His persistence paid off when he received an Optional Practical Training (OPT) offer for a financial analyst position at the Urban Institute. Located in Washington, DC, the institute is a prestigious research organization dedicated to addressing critical social and economic issues.

“It was actually my dream job as a finance major,” Eduardo said. “I love finance. I find it very interesting, but also the mission and the values of Urban aligns with my values. You want to work in an area you feel that you’re good at, and [at] a company that aligns with the same values.”

Eduardo’s Tips and Advice for International Students

Eduardo’s success in securing his dream job at the Urban Institute came after months of hard work, dedication, and strategic planning. Reflecting on his journey, Eduardo offers valuable insights and advice for international students exploring their career opportunities in the US. 

1. Start early — Begin your job search well in advance of graduation to maximize opportunities. Research companies, industries, and job trends to identify potential employers and career paths that align with your interests and goals.

2. Utilize resources — Take advantage of your university’s career services, alumni network, and internship programs to gain practical experience, refine your resume, and develop your professional skills. Attend career fairs, networking events, and practice your interview skills to expand your network and explore different career opportunities.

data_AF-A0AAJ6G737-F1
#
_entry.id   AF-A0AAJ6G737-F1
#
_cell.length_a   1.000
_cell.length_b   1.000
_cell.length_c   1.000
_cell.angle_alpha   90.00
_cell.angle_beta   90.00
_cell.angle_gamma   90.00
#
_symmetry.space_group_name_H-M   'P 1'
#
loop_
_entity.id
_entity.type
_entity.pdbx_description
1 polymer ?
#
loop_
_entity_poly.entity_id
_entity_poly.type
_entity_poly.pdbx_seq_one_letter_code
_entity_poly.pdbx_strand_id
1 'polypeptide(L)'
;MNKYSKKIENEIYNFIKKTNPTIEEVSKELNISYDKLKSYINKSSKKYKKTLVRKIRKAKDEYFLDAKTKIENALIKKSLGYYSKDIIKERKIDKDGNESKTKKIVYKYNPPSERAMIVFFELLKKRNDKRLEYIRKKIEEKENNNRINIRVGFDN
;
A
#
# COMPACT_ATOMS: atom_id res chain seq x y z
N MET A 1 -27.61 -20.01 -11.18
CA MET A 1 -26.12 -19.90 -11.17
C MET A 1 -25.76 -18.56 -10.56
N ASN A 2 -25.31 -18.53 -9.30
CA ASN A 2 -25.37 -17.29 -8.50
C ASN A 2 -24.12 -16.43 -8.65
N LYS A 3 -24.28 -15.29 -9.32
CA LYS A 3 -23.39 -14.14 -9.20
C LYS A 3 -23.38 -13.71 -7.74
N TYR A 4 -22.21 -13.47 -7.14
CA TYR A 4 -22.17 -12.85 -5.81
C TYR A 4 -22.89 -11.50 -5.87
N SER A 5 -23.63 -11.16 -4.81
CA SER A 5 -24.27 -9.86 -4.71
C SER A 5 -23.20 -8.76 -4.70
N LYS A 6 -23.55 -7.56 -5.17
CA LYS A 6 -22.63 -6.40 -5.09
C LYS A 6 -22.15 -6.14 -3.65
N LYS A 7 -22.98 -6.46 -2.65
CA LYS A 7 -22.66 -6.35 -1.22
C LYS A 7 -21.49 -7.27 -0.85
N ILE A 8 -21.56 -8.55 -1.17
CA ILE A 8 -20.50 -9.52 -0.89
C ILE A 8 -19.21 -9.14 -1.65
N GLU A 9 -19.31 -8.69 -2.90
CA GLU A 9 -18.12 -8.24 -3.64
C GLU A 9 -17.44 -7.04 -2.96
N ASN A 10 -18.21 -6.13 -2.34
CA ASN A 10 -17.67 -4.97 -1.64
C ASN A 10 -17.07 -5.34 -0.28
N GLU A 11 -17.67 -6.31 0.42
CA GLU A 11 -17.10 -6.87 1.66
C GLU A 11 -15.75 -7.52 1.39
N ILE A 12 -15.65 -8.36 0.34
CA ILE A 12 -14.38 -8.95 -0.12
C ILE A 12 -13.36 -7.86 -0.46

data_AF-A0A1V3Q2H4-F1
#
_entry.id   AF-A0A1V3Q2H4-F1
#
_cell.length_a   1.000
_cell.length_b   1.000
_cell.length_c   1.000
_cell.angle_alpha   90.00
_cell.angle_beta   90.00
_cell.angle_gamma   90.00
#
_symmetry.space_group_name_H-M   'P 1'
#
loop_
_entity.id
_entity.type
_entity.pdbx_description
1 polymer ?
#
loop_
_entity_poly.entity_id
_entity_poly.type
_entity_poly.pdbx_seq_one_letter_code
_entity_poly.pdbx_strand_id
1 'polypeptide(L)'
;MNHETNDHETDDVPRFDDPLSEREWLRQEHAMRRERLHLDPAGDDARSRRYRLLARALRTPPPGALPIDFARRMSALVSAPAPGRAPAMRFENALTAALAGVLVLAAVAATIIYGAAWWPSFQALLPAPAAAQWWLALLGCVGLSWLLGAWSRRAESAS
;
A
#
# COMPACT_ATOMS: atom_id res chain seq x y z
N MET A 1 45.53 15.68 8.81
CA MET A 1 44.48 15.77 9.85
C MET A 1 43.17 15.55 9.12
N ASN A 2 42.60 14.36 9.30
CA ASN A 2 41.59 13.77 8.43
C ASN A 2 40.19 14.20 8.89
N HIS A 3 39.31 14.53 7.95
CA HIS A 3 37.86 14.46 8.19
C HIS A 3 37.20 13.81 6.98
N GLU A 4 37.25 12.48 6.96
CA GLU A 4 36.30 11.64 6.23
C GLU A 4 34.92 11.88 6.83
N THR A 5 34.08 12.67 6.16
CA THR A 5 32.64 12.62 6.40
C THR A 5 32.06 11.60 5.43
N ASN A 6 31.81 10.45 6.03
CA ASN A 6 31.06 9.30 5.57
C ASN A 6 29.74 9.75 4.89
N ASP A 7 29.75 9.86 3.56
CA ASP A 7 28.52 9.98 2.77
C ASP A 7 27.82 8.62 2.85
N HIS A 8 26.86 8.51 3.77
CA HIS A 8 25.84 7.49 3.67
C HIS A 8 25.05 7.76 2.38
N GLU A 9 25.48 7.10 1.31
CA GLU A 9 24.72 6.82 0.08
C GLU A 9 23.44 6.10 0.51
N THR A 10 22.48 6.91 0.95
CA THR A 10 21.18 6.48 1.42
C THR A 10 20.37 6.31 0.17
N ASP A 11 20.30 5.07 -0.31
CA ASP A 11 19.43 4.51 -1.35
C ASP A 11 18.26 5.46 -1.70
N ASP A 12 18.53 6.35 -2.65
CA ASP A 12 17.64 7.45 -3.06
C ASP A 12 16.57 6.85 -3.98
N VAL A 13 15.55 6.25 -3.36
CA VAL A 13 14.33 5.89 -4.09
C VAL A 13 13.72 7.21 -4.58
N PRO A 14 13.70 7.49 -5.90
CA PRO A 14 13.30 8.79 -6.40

3. Network strategically — Build relationships with professionals in your field of interest through informational interviews, LinkedIn, and professional organizations. Seek advice, mentorship, and job referrals from individuals who can provide valuable insights and guidance.

4. Stay persistent — The job search process can be challenging and competitive, especially for international students. Don’t be discouraged by rejections or setbacks. Stay focused, maintain a positive attitude, and keep pushing forward. Every rejection brings you one step closer to success.

“There’s a whole process that you go through. Some ups and downs, especially emotionally,” said Eduardo. “If you put your head on it all day, you’re going to burn yourself out from stress and anxiety because, again, it’s a lot of rejection. Just take your day, wake up, make some food, eat outside, go to class, look for your friends, and then take two [or] three hours to just apply and then get your head out of it.”

By following these strategies and staying true to his goals, Eduardo was able to overcome obstacles and take advantage of many opportunities, ultimately securing a position that aligned with his interests, skills, and values.

Looking Forward to the Future

As Eduardo begins his career at the Urban Institute, he looks forward to applying his knowledge of finance and environmental studies to contribute to meaningful research and policy initiatives. He is excited to collaborate with experts in his field, tackle complex challenges, and make a positive impact on society.

Eduardo’s journey from USC to the Urban Institute is an inspiration to international students aiming to study and work in the US. With determination, hard work, and the right support system, you can achieve your academic and professional goals and get approved for Optional Practical Training (OPT), just like Eduardo did.